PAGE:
Marius Barbeau A glimpse of Canadian Culture (1883-1969)
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"Cretons are a food typical of the Lower Saint Lawrence. When made correctly, like those of Father Wright, at the Collège de Sainte-Anne de la Pocatière, of Mrs. Trudelle, of Charlebourg, they are delicious. The Laurentian cretons are of two varieties: those made from Leaf Fat* [also called French cretons], which are frugal and well known; and the cretons made from finely ground meat (pork).

This second variety resembles pâté de foie gras in how it tastes. To prepare these cretons well, in the style of Father Wright, the fat must be evenly distributed and the surface has to remain greyish like the inside.

The cretons from Father Wright, for the priests' use only, had such a reputation for excellence among the students of the Collège de Sainte-Anne that, through their prowess, they would sometimes steal a bowl, to make it their delight - like a forbidden fruit - in secret. Sadly, these delicious cretons are no longer found, even in the refectory of the priests! Father Wright took the secret to his grave. But, in short, the best cretons of Québec are still the ones from Kamouraska county."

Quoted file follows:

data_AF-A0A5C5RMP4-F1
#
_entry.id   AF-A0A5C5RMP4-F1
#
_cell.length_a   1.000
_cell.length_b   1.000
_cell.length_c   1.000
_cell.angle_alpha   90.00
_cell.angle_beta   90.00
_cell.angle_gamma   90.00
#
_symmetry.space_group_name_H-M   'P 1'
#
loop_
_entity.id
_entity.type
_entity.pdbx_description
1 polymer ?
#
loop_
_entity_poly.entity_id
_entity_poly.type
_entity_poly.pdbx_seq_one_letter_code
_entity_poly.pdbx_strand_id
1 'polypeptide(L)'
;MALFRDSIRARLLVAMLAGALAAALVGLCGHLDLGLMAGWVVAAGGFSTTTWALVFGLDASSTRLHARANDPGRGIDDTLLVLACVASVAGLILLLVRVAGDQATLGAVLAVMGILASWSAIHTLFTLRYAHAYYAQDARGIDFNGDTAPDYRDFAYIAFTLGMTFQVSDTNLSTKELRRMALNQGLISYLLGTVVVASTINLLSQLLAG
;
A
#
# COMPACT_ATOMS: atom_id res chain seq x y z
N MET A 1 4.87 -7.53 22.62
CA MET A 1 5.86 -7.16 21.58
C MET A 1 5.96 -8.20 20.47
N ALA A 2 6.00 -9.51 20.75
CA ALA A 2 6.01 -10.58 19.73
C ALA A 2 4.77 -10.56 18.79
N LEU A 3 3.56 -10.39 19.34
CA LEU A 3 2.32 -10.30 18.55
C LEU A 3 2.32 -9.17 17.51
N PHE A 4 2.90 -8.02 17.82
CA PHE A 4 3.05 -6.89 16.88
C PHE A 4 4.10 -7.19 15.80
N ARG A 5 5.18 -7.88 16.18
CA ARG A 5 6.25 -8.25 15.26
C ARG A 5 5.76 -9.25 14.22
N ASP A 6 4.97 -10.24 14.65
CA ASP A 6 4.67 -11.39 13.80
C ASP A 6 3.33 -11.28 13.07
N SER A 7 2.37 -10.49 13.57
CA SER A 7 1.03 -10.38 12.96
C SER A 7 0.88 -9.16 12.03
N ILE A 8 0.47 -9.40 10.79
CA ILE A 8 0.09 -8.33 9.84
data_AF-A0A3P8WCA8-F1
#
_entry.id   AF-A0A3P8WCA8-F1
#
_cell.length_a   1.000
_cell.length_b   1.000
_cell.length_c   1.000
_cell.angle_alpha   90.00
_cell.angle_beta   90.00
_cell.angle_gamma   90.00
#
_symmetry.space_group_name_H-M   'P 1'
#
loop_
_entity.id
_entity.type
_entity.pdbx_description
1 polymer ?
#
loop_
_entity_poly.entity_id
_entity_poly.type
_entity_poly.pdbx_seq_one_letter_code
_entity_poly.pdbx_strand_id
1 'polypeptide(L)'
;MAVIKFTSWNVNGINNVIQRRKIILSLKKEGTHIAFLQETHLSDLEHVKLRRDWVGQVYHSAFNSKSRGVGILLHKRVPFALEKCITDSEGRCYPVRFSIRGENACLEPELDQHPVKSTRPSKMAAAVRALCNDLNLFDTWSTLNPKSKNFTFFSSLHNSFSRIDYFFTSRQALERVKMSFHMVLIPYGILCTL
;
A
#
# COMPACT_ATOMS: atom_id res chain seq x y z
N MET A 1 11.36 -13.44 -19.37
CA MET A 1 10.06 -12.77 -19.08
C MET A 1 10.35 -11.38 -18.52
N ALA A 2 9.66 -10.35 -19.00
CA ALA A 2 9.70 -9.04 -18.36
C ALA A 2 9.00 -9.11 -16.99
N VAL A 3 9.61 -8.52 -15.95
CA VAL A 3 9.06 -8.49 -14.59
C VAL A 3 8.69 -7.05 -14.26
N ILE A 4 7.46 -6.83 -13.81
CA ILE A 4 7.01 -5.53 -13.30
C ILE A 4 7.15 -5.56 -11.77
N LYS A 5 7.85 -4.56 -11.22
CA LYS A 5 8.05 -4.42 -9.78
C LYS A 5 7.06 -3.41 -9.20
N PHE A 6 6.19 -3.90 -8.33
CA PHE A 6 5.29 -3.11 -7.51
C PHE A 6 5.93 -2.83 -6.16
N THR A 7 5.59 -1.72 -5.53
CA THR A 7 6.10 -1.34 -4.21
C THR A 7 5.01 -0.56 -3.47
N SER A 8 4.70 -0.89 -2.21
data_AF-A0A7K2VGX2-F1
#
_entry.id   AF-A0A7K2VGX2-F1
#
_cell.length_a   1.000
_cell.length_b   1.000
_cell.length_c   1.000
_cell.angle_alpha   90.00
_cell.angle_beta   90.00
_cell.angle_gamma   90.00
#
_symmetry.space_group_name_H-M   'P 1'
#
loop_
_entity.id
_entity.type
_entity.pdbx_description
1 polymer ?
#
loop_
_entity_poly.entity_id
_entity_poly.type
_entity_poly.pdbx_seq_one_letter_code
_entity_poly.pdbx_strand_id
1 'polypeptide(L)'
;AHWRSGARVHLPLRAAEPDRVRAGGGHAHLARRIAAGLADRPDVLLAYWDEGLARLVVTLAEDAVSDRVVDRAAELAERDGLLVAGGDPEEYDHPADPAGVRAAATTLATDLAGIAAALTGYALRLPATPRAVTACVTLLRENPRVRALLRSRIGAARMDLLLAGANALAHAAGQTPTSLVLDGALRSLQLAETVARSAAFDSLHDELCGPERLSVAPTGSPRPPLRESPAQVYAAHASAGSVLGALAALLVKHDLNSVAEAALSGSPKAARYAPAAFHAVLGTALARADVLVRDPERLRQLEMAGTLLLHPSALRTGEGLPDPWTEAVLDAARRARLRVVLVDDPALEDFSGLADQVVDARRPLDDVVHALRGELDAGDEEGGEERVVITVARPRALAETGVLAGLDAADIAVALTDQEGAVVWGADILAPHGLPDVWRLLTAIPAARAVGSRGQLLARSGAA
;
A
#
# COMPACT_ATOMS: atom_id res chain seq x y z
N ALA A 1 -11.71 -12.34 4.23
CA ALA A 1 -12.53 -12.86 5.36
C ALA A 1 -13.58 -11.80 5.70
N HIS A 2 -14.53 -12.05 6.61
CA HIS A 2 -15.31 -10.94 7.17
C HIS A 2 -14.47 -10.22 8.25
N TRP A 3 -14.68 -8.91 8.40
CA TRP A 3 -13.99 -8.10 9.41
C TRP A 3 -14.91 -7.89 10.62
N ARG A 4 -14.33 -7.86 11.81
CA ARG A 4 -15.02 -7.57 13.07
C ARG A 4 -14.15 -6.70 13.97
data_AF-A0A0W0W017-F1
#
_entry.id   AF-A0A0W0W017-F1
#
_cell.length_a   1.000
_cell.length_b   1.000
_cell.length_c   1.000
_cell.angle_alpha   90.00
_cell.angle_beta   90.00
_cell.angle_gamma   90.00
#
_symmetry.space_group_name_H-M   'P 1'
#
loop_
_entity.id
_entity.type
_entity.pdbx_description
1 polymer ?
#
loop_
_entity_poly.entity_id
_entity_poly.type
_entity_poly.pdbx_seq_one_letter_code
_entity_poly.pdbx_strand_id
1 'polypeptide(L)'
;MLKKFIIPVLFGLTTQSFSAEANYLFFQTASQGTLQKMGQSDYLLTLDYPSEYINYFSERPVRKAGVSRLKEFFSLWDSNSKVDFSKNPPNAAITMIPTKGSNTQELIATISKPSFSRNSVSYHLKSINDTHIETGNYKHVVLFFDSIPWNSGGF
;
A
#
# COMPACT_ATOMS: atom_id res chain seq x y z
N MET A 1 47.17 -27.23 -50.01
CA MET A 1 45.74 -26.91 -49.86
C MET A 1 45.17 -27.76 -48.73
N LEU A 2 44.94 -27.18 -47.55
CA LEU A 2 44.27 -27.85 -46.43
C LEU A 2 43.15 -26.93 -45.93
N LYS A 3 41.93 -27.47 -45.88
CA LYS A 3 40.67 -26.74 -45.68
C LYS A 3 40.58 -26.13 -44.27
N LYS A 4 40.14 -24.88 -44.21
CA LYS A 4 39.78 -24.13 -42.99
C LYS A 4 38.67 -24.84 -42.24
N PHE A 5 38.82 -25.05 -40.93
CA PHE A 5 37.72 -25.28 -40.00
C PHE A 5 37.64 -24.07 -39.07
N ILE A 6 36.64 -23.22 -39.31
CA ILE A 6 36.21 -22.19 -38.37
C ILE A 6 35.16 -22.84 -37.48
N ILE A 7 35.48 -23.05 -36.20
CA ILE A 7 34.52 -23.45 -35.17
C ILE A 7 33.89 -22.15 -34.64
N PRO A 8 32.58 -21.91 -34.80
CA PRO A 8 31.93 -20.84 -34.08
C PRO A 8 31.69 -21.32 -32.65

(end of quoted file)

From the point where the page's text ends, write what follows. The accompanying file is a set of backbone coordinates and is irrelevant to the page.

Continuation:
(Excerpts translated from an original French text by Marius Barbeau describing Cretons. CMC, Marius Barbeau fonds, circa 1940, B273/10/110a).

* Leaf Fat, is the fat obtained from the abdominal cavity of a "dressed pork carcass", excluding what sticks to the organs.